Arizona State sports information director Doug Tammaro checked his e-mail at about 11 p.m. Friday and saw a message from former basketball coach Bill Frieder.
good luck sat---im having colon cancer surgery - at mayo mon---bf.
That was it. No explanation. No details. Just Frieder being his typical blunt self, even when it comes to cancer.
Thankfully, it appears we'll be laughing at Frieder's, uh, eccentricities, for at least a few more years.
Frieder, 64, was told by his surgeon that the cancerous growth in his colon was successfully removed. The lymph nodes still need to be checked, but preliminary tests revealed the cancer had not spread to other organs.
"They don't know for sure yet, but they act like they've got it," a hoarse Frieder said Tuesday from his room at Mayo Clinic Hospital in northeast Phoenix.
Frieder, the Sun Devils' coach from 1989 to 1997, will be in the hospital until at least Thursday, but he's already making plans to fly to Las Vegas on Oct. 15 to watch the Suns play a preseason game. If there are no further complications, he plans to resume his second career as a college basketball radio and television analyst.
Cancer came right to the point with Frieder, which seems only appropriate given his remarkable lack of patience. I ate dinner with Frieder on the road once, and it took him all of four minutes to finish his soup and sandwich. He asked me why I wasn't done yet, and I tried to explain that I usually spend more time eating than I do shaving. I should have saved my breath. Frieder already had paid the check and was heading for the door.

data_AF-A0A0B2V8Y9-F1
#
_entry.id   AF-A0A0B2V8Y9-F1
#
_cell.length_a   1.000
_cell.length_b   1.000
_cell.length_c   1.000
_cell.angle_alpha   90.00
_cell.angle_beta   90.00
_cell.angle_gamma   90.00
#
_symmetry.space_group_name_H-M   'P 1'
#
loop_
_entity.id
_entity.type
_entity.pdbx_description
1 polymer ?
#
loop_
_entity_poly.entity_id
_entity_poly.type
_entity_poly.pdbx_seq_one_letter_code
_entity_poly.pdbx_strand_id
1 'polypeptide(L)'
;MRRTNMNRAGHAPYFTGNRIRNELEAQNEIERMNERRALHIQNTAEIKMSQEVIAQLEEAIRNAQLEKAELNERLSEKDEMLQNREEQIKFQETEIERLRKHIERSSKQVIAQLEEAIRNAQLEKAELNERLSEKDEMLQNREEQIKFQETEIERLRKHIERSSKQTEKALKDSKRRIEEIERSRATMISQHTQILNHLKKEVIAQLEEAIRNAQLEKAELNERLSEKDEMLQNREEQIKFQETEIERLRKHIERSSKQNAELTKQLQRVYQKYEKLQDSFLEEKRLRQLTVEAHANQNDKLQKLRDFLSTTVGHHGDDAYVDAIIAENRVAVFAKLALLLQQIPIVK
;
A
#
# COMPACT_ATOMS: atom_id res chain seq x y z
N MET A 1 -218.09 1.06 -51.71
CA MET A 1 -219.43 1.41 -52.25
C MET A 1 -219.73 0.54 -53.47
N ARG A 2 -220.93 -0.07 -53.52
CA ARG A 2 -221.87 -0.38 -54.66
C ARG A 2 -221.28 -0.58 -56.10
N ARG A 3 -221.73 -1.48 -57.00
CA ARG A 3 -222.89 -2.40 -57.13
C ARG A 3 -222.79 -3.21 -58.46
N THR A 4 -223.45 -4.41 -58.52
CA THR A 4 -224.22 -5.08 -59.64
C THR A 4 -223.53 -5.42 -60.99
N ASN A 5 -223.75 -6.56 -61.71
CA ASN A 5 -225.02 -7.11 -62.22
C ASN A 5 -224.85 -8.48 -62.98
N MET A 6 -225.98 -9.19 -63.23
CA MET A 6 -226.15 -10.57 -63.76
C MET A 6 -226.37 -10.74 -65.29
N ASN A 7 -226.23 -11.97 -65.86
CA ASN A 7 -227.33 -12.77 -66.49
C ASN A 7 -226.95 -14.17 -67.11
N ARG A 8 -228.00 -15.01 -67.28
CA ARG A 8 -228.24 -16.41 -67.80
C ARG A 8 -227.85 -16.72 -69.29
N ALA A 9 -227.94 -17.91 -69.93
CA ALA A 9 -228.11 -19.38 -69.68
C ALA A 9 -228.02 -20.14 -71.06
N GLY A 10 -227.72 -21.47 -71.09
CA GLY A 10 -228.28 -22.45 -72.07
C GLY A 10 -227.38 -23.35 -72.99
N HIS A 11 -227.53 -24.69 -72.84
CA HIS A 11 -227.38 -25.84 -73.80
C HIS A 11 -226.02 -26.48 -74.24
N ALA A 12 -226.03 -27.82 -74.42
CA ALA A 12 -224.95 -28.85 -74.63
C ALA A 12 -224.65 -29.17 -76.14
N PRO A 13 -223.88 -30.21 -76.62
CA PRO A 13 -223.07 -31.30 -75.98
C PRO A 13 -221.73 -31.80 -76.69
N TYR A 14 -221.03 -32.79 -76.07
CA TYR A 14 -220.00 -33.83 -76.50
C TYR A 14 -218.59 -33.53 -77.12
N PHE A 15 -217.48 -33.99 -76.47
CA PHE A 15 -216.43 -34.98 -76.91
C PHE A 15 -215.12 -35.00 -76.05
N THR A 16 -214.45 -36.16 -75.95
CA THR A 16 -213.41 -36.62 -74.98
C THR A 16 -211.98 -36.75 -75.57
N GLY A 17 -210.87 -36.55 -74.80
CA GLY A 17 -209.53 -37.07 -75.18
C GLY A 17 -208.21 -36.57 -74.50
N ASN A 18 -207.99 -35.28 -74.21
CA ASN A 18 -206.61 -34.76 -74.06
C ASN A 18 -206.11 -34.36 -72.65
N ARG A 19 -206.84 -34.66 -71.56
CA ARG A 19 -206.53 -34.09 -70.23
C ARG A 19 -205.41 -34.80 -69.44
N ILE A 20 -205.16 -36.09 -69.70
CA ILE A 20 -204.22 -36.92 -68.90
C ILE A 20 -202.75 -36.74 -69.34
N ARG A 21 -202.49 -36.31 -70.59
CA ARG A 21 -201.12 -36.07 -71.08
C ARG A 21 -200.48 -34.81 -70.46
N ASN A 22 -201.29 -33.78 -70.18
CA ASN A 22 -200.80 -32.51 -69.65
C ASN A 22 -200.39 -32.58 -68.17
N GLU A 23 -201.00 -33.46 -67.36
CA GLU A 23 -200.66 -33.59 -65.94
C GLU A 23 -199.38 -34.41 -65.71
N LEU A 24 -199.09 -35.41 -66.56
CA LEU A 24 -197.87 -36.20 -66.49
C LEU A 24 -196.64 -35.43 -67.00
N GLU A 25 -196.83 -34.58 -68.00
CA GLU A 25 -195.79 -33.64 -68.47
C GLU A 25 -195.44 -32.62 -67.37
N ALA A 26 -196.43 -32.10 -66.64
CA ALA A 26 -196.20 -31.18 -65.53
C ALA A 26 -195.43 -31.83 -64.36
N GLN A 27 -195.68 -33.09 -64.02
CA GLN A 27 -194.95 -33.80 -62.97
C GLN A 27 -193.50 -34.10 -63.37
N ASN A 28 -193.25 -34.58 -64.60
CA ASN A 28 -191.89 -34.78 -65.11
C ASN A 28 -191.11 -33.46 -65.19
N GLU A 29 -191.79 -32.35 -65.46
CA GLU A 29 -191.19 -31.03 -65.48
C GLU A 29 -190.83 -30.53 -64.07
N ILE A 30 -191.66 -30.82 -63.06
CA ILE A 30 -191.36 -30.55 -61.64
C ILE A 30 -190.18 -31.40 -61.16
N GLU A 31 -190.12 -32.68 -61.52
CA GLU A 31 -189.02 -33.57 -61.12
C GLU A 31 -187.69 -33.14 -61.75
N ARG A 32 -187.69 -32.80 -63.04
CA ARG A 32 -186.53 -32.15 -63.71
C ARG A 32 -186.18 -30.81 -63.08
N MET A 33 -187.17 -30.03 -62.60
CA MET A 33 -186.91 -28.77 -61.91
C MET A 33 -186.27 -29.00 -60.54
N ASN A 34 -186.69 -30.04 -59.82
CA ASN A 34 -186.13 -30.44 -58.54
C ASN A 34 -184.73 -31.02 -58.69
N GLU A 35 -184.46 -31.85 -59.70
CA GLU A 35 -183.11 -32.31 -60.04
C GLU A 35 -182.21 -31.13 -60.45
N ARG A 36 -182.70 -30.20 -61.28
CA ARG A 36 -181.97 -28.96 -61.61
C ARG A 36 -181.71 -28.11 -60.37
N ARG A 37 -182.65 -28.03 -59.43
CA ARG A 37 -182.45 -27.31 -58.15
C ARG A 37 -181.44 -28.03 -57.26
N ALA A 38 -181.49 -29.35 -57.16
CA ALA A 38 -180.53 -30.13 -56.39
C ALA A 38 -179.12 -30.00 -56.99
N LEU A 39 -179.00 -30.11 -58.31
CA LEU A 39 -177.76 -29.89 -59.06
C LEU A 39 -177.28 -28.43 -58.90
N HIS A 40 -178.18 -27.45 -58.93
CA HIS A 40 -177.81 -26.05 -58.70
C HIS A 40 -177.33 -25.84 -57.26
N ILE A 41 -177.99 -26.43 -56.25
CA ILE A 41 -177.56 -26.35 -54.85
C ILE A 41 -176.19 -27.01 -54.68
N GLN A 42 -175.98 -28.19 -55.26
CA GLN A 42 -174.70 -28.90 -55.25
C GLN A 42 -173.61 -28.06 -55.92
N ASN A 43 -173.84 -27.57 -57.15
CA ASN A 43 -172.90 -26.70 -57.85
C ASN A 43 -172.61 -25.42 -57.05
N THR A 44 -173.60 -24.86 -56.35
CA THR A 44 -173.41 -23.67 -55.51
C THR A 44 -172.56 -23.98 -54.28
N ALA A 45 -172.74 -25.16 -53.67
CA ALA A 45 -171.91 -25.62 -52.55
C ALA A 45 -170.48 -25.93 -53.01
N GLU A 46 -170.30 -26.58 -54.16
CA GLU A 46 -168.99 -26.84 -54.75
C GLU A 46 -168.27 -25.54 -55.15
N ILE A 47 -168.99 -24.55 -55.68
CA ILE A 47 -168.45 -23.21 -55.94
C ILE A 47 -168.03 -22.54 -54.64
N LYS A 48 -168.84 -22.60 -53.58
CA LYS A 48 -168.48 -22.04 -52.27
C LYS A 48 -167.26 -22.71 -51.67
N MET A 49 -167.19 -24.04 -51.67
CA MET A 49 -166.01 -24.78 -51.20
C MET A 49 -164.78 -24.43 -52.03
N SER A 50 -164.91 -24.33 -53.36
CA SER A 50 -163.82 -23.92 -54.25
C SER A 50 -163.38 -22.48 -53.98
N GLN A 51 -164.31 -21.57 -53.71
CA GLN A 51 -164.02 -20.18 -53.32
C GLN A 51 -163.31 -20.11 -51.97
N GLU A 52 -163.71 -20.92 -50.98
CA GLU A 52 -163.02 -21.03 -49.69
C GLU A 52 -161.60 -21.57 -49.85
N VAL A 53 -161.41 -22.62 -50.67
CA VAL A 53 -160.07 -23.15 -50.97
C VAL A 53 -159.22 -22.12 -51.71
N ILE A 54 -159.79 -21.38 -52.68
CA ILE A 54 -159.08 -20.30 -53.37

Frieder went in for a colonoscopy on Sept. 23 — five years had passed since his previous test — and doctors discovered a growth. Nine days later, he was on the operating table.
Frieder told a few close friends he was going in for surgery. He also used his cancer to play a practical joke on an old friend.
He left a voice mail Friday for Steve Fisher, who was his successor at the University of Michigan before moving on to San Diego State.
"Fish," Frieder began. "I'm sure everything is going to go well but if it doesn't go well I've only got 72 more hours to live. So I'm going to Vegas for some wine, women and whiskey. I'm going to have one hell of a time. I'll be there all day Saturday and come back Sunday so I can fast and get ready for Monday (the surgery)."
A panicked Fisher began to change his travel schedule so he could arrange to meet Frieder in Las Vegas. When he called Frieder at home later that night his wife, Janice, answered and wanted to know what Fisher was talking about.
"It was pretty funny," Frieder said.
Since the operation, Frieder has heard from many of his friends in the coaching business, including Lute Olson, Roy Williams, Eddie Sutton and Gene Bartow. He tells them the good news, lets them know how he pulled one over on Fisher and then reminds them of something.
"All that basketball and football, it means nothing," Frieder said. "This is what it's all about. This is the most important thing: being healthy."
Listen to Scott Bordow every Monday at 1:25 p.m. on The Fan AM 1060 with Bob Kemp.